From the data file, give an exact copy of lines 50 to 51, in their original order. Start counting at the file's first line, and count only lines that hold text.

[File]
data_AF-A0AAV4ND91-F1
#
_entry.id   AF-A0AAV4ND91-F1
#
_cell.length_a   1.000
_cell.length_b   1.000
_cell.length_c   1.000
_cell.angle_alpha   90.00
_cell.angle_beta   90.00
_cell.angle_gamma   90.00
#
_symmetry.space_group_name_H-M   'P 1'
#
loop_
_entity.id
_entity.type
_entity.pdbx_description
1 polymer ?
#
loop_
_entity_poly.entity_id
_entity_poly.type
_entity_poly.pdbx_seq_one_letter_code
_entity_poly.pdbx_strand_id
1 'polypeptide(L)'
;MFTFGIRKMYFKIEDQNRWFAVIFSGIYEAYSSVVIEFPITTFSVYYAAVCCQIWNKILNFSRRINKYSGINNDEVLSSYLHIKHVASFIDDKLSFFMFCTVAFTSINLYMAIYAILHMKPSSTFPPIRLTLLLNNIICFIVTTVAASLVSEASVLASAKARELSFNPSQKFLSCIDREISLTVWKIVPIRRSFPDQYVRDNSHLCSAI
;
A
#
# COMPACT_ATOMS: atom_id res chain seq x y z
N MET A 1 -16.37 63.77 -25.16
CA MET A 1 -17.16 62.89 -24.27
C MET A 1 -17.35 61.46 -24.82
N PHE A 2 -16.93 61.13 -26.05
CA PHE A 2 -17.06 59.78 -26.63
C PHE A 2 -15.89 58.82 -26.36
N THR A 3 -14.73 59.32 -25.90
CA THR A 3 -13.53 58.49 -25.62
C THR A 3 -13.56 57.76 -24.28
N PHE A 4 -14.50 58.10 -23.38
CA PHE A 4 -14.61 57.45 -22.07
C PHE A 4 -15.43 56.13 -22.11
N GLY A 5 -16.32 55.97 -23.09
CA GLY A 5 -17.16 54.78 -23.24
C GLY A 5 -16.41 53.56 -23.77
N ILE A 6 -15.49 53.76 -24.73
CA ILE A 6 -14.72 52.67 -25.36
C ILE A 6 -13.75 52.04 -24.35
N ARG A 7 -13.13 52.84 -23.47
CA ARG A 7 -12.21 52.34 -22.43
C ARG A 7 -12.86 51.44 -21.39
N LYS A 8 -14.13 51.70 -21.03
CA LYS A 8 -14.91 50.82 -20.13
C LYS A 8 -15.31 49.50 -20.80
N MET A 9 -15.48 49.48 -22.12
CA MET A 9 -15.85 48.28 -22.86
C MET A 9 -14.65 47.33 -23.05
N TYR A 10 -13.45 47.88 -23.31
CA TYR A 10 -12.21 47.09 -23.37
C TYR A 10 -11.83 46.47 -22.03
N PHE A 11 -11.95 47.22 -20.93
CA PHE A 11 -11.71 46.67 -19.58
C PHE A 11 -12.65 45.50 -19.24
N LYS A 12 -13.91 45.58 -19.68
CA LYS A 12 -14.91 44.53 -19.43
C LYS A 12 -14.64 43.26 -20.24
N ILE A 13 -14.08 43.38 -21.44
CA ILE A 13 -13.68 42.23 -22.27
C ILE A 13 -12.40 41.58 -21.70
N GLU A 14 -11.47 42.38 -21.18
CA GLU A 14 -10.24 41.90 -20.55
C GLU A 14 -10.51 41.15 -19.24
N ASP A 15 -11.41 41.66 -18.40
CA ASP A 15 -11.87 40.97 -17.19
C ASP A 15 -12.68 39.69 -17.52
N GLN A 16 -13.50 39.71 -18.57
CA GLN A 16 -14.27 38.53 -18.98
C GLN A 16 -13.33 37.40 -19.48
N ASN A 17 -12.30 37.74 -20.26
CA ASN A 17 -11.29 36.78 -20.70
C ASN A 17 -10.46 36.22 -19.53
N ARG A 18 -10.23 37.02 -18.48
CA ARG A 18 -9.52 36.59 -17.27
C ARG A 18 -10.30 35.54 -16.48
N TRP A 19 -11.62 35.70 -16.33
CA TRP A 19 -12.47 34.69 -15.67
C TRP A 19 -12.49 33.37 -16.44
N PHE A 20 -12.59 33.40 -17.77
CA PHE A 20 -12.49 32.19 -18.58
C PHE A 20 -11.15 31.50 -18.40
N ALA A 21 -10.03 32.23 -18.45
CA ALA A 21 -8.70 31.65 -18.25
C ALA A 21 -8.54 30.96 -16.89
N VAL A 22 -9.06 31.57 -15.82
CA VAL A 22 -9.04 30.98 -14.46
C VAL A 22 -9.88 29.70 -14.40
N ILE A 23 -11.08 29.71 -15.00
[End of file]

CA ARG A 7 -12.21 52.34 -22.43
C ARG A 7 -12.86 51.44 -21.39